Dear Mr. Varnell,
Thank you for contacting me about recent reforms to our . I appreciate hearing from you on such an important issue and I hope you will continue to share your opinions with me.
On March 23, 2010, President Obama signed the Patient Protection and Affordable Care Act (H.R. 3590) into law. I voted in favor of the bill because it begins the movement towards containing health care costs, and uses private sector innovation and competition to improve the quality and value of care. The law has already put in place important consumer protections, increased coverage, and lowered out-of-pocket costs for thousands of Americans. Provisions now in effect include prohibiting insurance companies from denying children coverage based on pre-existing conditions, requiring plans to cover free preventive services, allowing dependents to remain on their parent's plan until age 26, helping seniors pay for their prescription drugs when they enter the Medicare drug coverage gap and giving tax credits to small businesses to help them provide insurance benefits to their employees. The law is also estimated to reduce the deficit by more than a trillion dollars over the next 20 years. This figure comes from the independent, (CBO), the official cost referee for all legislation that moves through Congress.
Recently the passed a bill that would repeal the Affordable Care Act in its entirety. Similar legislation came up in the Senate and failed to get enough votes to proceed. I am against repealing the law; doing so would add an estimated $230 billion to the deficit over the next ten years, as well as take away the many benefits Americans are already enjoying, reinstate unfair insurance practices and reverse delivery system reforms that are critical to increasing quality and lowering costs. The law is not perfect, nor is it the final say in efforts to ensure that we have a quality, affordable health care system that works for American families and businesses. A change this big takes time to implement. Instead of repealing it, we should work together to fix what's wrong, improve the things that could be better, and give it a chance to work.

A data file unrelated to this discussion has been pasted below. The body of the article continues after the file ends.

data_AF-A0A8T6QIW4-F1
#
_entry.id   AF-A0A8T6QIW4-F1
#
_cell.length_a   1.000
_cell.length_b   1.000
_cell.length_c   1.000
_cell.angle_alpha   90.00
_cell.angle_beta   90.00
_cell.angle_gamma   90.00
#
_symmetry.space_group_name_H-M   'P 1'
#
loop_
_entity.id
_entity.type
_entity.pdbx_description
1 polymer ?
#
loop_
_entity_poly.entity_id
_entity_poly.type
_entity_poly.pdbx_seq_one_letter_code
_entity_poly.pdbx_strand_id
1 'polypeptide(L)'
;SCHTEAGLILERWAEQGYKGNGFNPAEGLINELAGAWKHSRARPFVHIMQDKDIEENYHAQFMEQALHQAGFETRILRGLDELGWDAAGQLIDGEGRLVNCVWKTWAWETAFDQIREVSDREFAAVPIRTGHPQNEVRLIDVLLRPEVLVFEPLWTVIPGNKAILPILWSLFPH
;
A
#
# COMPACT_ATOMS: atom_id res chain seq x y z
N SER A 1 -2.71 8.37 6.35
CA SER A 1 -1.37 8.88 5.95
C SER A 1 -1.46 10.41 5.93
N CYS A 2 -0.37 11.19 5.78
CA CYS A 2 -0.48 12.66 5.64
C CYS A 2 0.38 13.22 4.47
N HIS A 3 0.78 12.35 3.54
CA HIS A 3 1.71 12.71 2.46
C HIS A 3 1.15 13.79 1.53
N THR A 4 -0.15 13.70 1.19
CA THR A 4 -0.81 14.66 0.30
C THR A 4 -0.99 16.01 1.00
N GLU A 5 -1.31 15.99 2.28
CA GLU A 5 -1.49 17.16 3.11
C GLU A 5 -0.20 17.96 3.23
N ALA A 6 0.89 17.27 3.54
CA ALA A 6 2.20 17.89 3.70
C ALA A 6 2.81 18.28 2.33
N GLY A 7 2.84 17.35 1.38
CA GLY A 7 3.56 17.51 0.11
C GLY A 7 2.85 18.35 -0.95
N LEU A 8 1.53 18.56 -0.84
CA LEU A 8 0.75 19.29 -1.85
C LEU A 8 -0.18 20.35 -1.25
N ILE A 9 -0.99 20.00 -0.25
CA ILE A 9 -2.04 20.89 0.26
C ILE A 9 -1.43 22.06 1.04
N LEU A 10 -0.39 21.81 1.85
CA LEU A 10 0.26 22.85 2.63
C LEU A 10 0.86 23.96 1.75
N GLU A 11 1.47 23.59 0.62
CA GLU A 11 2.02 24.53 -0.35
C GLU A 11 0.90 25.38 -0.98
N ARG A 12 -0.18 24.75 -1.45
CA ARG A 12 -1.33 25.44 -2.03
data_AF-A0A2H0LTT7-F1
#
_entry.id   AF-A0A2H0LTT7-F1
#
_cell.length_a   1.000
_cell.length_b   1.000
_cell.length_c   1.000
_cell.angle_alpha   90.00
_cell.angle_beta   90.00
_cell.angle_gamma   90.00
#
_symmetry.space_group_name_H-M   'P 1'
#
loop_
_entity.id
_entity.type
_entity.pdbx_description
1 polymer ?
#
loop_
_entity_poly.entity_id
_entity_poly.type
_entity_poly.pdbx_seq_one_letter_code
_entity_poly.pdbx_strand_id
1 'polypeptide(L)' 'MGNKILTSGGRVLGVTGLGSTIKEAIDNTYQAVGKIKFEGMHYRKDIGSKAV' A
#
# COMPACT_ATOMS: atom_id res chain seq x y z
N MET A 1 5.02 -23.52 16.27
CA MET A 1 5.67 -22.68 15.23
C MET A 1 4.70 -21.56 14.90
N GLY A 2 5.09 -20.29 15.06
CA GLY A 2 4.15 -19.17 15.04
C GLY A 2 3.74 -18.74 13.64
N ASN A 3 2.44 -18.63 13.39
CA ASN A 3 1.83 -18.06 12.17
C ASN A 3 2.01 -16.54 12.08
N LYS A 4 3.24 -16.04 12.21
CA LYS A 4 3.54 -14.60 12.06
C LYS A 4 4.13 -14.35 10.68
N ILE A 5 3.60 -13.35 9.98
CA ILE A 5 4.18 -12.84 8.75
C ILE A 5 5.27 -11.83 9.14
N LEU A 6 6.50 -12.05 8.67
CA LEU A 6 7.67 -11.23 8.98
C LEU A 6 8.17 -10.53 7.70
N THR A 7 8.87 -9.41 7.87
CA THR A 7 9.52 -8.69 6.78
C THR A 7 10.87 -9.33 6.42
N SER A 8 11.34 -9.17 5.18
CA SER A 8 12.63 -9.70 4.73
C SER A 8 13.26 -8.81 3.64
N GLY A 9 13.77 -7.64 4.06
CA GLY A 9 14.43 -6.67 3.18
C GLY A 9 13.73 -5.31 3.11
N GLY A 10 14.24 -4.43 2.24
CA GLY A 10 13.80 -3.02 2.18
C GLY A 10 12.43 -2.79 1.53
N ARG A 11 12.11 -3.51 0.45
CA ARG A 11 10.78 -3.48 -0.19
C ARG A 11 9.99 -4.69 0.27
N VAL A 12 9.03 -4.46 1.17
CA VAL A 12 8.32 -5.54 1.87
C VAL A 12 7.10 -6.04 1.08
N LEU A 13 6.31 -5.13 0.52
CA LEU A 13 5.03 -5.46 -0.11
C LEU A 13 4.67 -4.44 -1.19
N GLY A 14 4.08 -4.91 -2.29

Our focus must now be on ensuring effective implementation of this new law. The passage of historic, comprehensive health care reform is merely the starting point for providing appropriate health coverage to millions of uninsured Americans and slowing the growth of health care costs. As Chairman of the Senate Budget Committee's bipartisan Task Force on Government Performance, I have reached out to the Secretary of Health and Human Services to ensure that there are performance metrics and milestones in place to track our progress and effectively measure improvements to our delivery system. As we implement reform, it will be critical to develop common definitions and metrics along with timelines to monitor results.
To best follow implementation efforts, and to answer questions you might have about how certain provisions may affect you, I encourage you to visit , the ' (HHS) central portal for information about moving forward. Through this website you can explore insurance and pricing options, learn how to qualify and apply for new insurance programs, find health facilities and specific services in your area, and compare various health services to ensure you're receiving the best quality care.
Should you have additional questions about health reform, I would encourage you to visit my website, , or the Kaiser Foundation's website, , for more information. Specific questions about your particular health insurance, or how the implementation of certain health reform provisions may affect your policy, should be directed to your health insurance provider.
Thanks again for contacting me. As we move forward, I will continue to seek out the advice and opinions of all Virginians in order to help shape an improved health care system that will be in all of our best interests.
MARK R. WARNER
United States Senator